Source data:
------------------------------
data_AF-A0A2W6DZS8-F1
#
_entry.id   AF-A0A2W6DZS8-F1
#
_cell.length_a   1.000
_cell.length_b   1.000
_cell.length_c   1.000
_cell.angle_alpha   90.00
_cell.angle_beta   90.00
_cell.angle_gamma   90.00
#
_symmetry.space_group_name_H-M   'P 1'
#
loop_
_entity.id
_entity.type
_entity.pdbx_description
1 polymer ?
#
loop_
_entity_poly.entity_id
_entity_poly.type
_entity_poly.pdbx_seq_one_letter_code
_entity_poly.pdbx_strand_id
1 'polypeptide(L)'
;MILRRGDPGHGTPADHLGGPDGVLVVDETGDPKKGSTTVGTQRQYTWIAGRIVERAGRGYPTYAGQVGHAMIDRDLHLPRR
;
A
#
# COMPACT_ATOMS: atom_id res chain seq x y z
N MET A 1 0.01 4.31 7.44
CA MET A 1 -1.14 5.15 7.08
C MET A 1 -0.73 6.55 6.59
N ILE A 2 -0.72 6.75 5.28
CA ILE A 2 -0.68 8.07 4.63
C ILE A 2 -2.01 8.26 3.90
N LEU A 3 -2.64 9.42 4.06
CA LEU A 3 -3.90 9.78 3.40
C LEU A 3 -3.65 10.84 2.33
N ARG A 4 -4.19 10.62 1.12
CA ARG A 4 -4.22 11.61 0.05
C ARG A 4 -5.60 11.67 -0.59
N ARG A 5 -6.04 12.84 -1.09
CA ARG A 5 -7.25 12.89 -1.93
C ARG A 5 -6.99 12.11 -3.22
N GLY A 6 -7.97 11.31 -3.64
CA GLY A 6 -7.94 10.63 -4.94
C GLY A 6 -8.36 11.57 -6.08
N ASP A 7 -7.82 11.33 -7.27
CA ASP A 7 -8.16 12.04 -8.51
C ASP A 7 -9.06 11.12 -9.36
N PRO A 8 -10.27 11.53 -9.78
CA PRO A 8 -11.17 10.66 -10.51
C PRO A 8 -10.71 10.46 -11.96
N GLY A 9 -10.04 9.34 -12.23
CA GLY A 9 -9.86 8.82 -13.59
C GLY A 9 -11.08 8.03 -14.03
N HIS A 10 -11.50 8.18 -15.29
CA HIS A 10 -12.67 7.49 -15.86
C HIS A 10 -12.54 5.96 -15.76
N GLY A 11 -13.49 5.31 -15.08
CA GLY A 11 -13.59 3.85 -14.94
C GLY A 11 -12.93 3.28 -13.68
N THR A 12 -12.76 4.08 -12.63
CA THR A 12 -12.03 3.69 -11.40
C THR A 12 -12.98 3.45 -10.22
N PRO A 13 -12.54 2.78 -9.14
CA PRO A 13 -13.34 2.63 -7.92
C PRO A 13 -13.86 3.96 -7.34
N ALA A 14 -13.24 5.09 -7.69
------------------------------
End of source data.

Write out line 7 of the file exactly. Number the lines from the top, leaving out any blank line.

_cell.length_c   1.000